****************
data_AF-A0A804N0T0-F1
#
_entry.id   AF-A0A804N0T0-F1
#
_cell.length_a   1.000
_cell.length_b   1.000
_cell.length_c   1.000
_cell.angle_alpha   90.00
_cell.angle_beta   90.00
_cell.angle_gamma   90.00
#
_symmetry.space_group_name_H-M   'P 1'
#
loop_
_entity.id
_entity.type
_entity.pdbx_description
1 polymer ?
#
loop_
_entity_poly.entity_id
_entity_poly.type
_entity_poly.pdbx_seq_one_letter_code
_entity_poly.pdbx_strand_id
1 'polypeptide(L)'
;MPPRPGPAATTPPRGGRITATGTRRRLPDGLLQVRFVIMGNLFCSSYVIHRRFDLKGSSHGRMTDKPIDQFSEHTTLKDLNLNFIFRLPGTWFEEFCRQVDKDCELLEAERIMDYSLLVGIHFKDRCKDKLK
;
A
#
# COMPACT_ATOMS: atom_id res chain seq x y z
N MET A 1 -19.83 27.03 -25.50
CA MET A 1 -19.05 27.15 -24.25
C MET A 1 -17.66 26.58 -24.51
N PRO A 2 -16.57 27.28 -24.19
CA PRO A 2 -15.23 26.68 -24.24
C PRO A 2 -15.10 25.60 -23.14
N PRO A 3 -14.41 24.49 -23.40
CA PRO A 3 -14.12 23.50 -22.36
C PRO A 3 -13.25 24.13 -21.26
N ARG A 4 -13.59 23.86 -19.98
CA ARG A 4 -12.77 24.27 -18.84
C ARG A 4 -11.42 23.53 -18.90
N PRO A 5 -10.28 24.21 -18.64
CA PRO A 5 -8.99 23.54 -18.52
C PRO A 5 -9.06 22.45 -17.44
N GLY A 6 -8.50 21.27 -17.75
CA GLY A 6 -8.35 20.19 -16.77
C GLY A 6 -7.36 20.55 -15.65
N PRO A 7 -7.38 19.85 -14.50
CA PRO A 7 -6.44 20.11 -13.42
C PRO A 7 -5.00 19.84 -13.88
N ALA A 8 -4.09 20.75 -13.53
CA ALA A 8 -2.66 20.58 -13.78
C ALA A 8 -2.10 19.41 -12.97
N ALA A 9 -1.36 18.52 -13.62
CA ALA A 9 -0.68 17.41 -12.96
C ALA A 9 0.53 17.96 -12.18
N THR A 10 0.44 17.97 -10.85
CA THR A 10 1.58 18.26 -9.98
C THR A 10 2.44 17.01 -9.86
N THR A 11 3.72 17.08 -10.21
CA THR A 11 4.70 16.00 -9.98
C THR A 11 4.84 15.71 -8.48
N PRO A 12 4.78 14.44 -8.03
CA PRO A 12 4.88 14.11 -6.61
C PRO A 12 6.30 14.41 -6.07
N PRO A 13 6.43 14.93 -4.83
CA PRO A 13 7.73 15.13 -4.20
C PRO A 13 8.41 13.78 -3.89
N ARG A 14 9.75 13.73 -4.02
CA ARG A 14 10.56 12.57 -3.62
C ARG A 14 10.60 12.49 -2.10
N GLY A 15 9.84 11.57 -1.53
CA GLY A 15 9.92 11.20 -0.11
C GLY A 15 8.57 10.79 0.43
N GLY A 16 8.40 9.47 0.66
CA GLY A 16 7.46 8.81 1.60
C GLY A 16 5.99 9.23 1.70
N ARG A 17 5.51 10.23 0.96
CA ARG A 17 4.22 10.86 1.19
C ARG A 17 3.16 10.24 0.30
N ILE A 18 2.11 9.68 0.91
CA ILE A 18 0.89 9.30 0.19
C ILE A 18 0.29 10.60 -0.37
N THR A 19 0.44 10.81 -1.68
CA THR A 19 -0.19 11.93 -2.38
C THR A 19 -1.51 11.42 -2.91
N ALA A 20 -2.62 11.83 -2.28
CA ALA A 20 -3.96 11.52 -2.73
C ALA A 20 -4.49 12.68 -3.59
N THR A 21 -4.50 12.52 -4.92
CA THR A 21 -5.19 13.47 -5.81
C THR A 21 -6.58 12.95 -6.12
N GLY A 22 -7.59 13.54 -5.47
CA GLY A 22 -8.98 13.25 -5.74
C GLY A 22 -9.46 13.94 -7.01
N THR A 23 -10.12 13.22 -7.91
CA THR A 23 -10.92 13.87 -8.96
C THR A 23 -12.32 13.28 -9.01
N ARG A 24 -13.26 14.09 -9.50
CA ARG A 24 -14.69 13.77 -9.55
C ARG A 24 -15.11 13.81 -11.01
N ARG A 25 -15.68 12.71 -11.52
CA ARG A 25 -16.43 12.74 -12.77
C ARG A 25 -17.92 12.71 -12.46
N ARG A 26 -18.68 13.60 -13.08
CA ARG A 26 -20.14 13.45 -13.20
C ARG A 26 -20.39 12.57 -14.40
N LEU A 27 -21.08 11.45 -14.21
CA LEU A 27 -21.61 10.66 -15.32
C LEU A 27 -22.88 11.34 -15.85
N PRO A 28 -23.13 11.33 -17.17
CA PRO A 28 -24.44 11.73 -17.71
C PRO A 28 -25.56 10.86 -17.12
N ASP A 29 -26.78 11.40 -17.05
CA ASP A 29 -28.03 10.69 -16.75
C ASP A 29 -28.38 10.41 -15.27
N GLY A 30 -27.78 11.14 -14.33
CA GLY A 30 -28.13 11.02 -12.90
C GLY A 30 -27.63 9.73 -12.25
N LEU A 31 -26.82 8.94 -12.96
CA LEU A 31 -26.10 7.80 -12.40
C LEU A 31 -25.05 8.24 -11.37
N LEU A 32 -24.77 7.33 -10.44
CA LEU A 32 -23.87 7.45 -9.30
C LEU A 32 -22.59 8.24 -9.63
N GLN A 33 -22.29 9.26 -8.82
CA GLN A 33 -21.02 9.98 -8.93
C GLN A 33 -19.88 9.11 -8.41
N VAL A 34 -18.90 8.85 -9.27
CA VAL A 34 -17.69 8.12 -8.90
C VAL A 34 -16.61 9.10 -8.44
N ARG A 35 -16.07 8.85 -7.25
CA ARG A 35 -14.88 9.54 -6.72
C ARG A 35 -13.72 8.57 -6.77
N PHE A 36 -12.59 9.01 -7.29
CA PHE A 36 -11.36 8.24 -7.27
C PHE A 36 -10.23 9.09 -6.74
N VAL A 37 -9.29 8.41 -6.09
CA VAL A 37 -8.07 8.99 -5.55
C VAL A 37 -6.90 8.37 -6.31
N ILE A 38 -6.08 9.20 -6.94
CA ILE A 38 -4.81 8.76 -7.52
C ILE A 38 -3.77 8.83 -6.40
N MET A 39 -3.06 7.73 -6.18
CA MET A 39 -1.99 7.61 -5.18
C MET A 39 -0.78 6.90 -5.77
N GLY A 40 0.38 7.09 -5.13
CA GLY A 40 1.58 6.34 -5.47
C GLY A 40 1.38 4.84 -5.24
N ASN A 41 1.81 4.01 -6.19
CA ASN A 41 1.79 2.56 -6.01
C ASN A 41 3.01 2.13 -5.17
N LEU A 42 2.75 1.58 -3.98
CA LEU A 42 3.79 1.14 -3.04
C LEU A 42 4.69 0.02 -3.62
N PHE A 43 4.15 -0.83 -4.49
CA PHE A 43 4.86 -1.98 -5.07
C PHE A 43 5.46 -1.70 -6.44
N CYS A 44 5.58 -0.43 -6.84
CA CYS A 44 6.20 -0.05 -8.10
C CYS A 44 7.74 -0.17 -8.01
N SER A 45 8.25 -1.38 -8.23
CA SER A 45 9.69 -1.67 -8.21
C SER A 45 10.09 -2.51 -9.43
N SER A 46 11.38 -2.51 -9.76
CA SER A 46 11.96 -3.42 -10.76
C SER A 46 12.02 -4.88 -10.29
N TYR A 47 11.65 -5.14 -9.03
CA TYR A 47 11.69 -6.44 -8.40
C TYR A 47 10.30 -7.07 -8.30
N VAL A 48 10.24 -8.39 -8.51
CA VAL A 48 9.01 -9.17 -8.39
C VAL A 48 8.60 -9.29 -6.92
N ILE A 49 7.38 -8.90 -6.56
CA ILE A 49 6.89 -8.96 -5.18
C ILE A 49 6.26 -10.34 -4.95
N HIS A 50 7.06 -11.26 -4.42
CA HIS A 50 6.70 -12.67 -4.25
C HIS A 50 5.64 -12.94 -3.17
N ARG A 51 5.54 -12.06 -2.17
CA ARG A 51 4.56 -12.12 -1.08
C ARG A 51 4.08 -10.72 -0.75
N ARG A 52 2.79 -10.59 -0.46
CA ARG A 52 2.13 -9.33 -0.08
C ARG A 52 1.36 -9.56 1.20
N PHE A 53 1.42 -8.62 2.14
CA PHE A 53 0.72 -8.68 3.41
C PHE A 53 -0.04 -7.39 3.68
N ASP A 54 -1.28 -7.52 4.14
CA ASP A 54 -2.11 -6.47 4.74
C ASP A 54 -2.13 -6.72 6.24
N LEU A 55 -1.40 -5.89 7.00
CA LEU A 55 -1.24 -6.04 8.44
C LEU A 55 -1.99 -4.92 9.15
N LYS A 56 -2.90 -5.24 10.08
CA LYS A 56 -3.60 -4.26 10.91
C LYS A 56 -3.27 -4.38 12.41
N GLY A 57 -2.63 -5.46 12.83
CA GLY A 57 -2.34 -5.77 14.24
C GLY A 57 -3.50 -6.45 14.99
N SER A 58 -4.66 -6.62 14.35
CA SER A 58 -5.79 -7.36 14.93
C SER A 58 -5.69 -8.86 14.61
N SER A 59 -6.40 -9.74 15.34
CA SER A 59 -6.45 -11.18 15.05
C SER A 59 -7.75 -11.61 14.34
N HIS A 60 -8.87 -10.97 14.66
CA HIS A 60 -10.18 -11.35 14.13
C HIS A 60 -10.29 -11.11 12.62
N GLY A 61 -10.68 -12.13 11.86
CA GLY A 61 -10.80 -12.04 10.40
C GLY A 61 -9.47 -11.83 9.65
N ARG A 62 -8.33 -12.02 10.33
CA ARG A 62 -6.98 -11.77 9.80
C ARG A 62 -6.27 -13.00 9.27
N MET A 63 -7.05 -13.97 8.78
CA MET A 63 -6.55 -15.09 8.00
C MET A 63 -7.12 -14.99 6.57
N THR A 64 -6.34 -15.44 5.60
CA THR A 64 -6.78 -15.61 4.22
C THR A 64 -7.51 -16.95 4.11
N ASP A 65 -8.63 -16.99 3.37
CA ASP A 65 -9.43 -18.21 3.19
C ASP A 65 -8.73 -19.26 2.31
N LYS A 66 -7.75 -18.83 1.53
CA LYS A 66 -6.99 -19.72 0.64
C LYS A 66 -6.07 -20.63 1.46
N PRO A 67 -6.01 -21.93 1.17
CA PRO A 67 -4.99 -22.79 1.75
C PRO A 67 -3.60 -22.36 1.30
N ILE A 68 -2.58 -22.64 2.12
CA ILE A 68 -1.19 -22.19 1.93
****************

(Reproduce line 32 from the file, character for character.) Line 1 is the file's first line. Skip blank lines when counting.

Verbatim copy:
CA MET A 1 -19.05 27.15 -24.25